According to Charney, when the South Central L.A.-based company was at its peak, more than 1,000 Los Angeles Apparel employees were producing hundreds of thousands of masks per week. “Masks sold extremely well. We were making them before the government told people to wear them, and when the government changed its mind, we had them in stock. It turned into a multimillion-dollar moment in a matter of days because we were in the right place at the right time “According to Charney.
Brian Wolin, a chiropractor who entered the mask market when hospitals couldn’t get enough medical-grade PPEr, has also noticed a recent drop in orders.
Protective Health Gear, which manufactures disposable NIOSH-approved N95 respirator masks, began tapering production last week as a result of the CDC’s surprise announcement easing requirements, which slowed new mask orders.
Protective Health Gear now produces approximately 25,000 masks per day at its New Jersey headquarters, down from more than 100,000 masks per day when demand was highest.
If demand does not improve — sales have dropped by about half since the beginning of the year, according to Wolin — he intends to halt production entirely.
“We will undoubtedly cease production if we do not receive a government order or a buyer for our inventory. We’ll stop producing until we have an order to fill “Wolin stated. Cheap Chinese mask imports have pushed US manufacturers to the brink of bankruptcy as production has plummeted. According to Nikkei Asia, American manufacturer Premium-PPE has seen its monthly mask production drop nearly 90% from last year’s peak, falling to 4 million to 5 million. According to Taisei Hoyama of Nikkei Asia, its factory in Virginia Beach was filled with equipment and unsold merchandise. Its workforce, which once numbered up to 280 people, has shrunk to around 50.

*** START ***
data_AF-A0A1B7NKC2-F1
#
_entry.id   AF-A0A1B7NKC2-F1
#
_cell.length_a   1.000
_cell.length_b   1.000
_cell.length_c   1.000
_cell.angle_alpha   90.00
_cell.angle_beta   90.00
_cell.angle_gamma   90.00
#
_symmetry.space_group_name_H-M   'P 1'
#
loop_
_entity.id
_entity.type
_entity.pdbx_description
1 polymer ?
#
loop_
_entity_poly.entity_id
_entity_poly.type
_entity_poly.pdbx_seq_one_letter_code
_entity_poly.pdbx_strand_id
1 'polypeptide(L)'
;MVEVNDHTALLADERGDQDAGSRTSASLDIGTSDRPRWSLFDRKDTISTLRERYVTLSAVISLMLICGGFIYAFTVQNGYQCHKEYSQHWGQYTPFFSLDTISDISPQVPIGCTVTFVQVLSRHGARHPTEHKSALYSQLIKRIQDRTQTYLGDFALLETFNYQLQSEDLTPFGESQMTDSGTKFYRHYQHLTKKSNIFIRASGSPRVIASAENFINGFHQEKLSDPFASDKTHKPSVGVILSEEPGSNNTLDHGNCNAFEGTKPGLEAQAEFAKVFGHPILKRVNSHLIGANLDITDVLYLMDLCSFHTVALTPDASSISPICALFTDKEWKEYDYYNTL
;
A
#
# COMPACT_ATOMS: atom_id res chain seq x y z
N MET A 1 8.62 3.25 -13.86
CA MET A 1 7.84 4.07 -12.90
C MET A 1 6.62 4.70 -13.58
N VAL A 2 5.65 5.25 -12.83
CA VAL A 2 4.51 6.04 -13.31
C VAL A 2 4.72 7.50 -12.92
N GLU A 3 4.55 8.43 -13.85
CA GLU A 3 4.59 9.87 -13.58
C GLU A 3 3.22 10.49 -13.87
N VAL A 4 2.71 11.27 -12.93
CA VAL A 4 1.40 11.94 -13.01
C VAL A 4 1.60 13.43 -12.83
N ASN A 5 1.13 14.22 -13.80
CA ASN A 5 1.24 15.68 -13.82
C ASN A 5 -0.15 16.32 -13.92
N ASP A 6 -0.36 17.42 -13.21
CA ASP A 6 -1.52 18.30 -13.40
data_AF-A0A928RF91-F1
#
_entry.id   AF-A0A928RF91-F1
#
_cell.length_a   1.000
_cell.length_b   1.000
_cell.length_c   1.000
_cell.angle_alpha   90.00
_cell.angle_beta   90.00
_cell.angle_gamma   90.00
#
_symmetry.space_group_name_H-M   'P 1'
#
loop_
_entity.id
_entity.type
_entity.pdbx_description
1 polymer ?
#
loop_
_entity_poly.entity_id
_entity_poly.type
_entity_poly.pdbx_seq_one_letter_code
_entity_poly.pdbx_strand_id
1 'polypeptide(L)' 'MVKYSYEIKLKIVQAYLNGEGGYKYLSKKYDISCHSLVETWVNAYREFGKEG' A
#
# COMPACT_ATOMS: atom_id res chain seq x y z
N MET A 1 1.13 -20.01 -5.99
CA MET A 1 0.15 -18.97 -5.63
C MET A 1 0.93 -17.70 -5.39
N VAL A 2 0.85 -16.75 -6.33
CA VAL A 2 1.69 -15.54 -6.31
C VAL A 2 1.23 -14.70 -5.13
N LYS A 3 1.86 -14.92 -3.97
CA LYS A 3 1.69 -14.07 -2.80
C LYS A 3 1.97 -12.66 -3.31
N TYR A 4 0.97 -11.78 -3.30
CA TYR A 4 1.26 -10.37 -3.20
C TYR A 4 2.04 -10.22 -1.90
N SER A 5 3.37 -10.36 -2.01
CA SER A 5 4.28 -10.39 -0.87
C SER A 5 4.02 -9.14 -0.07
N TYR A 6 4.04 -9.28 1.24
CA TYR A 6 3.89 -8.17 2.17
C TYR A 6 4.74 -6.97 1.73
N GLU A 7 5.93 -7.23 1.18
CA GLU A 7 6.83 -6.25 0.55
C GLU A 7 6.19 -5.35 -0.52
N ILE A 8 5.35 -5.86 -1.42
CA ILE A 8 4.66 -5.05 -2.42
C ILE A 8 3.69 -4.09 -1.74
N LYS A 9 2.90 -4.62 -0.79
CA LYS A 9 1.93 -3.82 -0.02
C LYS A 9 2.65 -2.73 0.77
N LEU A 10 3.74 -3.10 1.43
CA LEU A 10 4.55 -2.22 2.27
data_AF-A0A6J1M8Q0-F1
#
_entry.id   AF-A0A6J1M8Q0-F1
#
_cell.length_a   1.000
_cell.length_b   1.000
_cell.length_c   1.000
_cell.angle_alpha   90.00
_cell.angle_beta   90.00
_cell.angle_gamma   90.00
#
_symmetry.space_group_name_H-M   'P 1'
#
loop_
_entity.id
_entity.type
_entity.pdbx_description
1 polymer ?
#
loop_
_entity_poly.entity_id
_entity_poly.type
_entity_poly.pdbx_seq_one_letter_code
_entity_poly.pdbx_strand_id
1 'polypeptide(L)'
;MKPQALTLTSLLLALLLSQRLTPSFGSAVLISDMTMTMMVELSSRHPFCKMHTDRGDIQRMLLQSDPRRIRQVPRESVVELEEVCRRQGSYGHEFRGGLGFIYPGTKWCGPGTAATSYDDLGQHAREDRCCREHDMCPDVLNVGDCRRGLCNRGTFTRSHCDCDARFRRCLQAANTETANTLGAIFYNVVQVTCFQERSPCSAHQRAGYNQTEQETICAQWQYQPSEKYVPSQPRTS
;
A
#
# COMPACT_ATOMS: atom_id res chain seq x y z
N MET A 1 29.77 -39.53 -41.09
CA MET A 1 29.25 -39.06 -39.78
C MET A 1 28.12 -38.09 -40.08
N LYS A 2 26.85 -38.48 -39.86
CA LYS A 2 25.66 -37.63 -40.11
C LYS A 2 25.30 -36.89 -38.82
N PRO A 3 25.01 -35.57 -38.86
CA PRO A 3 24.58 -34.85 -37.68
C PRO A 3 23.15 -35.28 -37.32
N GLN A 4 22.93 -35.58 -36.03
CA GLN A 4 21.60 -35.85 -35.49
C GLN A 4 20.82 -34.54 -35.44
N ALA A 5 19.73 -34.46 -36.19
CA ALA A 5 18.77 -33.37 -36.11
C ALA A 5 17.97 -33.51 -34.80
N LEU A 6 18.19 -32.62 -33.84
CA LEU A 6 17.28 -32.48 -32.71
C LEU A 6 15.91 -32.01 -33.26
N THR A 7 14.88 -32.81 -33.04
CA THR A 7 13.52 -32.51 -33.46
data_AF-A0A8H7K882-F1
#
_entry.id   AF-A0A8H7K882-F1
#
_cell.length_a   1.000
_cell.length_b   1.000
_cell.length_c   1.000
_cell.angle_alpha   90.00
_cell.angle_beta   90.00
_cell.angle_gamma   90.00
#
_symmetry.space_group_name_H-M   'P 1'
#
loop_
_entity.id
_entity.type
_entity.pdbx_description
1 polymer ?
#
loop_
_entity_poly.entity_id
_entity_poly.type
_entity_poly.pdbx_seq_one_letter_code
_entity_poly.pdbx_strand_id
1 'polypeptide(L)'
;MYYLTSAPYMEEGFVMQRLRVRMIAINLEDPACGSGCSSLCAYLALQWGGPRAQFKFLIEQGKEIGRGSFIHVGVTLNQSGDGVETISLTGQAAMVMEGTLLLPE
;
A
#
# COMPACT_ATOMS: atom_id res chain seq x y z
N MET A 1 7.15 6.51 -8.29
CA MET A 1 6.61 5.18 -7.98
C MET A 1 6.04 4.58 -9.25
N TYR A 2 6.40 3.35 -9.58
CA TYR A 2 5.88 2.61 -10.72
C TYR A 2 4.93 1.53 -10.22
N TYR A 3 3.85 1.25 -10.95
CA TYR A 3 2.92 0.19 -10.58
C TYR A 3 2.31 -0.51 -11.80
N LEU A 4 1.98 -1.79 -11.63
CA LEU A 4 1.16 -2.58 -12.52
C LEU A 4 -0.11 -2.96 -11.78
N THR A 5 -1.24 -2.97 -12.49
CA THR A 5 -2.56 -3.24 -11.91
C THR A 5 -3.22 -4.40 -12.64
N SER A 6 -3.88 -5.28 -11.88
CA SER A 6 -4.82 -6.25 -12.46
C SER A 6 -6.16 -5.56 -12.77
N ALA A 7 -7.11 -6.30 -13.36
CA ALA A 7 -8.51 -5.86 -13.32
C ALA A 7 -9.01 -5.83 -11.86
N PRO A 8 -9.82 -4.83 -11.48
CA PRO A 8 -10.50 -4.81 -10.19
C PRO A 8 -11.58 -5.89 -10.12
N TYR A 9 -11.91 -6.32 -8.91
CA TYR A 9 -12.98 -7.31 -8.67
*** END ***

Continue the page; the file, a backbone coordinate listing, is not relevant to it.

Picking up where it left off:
Declining exports
Over 70 Vietnamese companies exported medical face masks to countries such as the United States, Europe, Singapore, and South Korea in August, totaling over 135 million units, a 12% decrease from the previous month. Notably, this is the second month in a row that Vietnam’s face mask export has declined, following a 35% month-on-month decrease in July.
However, face mask export turnover fell in July as the Covid-19 pandemic was gradually contained in many countries. Domestic demand for face masks has also decreased as locals have become more calm and experienced in dealing with the Covid-19 pandemic. Face mask production is considered a viable solution for garment companies in Vietnam to maintain operations and offset losses from lower demand for garments in the face of the growing effects of the Covid-19 pandemic.
3M cut its full-year profit forecast on Tuesday (April 26) as demand for its disposable N95 masks fell in the face of dwindling Covid cases and the industrial behemoth grappled with rising inflation.
The largest US mask manufacturer saw a drop in disposable respirator sales as coronavirus restrictions were lifted.
The company’s problems with supply chain constraints, semiconductor shortages, and raw materials were exacerbated by Russia’s invasion of Ukraine.